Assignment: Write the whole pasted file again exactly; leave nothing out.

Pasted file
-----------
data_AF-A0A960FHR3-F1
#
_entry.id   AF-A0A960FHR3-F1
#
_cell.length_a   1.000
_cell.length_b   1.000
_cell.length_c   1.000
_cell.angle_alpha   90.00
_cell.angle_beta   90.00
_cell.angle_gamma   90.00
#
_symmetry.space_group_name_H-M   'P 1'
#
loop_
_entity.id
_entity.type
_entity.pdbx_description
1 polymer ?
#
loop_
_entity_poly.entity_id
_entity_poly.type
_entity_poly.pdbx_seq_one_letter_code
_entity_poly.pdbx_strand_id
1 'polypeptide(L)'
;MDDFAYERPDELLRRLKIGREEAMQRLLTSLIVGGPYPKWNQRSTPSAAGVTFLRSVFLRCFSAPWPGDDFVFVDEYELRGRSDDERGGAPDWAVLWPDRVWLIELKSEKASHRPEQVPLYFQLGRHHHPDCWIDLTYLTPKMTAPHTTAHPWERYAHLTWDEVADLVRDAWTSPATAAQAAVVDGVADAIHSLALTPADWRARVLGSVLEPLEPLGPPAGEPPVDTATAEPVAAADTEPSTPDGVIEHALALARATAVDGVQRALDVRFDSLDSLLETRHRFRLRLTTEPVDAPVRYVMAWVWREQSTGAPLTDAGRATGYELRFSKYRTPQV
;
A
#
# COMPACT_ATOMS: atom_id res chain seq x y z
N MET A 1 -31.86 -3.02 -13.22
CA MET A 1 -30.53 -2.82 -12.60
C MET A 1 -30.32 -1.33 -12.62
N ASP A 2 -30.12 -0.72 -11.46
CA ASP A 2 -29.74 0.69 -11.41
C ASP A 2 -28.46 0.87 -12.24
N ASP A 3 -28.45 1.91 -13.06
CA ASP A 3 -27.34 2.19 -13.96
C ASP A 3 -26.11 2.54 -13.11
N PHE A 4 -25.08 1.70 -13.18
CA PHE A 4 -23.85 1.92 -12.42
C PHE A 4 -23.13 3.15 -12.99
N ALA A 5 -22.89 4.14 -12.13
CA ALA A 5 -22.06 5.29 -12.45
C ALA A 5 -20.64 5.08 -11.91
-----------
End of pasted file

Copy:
data_AF-A0A960FHR3-F1
#
_entry.id   AF-A0A960FHR3-F1
#
_cell.length_a   1.000
_cell.length_b   1.000
_cell.length_c   1.000
_cell.angle_alpha   90.00
_cell.angle_beta   90.00
_cell.angle_gamma   90.00
#
_symmetry.space_group_name_H-M   'P 1'
#
loop_
_entity.id
_entity.type
_entity.pdbx_description
1 polymer ?
#
loop_
_entity_poly.entity_id
_entity_poly.type
_entity_poly.pdbx_seq_one_letter_code
_entity_poly.pdbx_strand_id
1 'polypeptide(L)'
;MDDFAYERPDELLRRLKIGREEAMQRLLTSLIVGGPYPKWNQRSTPSAAGVTFLRSVFLRCFSAPWPGDDFVFVDEYELRGRSDDERGGAPDWAVLWPDRVWLIELKSEKASHRPEQVPLYFQLGRHHHPDCWIDLTYLTPKMTAPHTTAHPWERYAHLTWDEVADLVRDAWTSPATAAQAAVVDGVADAIHSLALTPADWRARVLGSVLEPLEPLGPPAGEPPVDTATAEPVAAADTEPSTPDGVIEHALALARATAVDGVQRALDVRFDSLDSLLETRHRFRLRLTTEPVDAPVRYVMAWVWREQSTGAPLTDAGRATGYELRFSKYRTPQV
;
A
#
# COMPACT_ATOMS: atom_id res chain seq x y z
N MET A 1 -31.86 -3.02 -13.22
CA MET A 1 -30.53 -2.82 -12.60
C MET A 1 -30.32 -1.33 -12.62
N ASP A 2 -30.12 -0.72 -11.46
CA ASP A 2 -29.74 0.69 -11.41
C ASP A 2 -28.46 0.87 -12.24
N ASP A 3 -28.45 1.91 -13.06
CA ASP A 3 -27.34 2.19 -13.96
C ASP A 3 -26.11 2.54 -13.11
N PHE A 4 -25.08 1.70 -13.18
CA PHE A 4 -23.85 1.92 -12.42
C PHE A 4 -23.13 3.15 -12.99
N ALA A 5 -22.89 4.14 -12.13
CA ALA A 5 -22.06 5.29 -12.45
C ALA A 5 -20.64 5.08 -11.91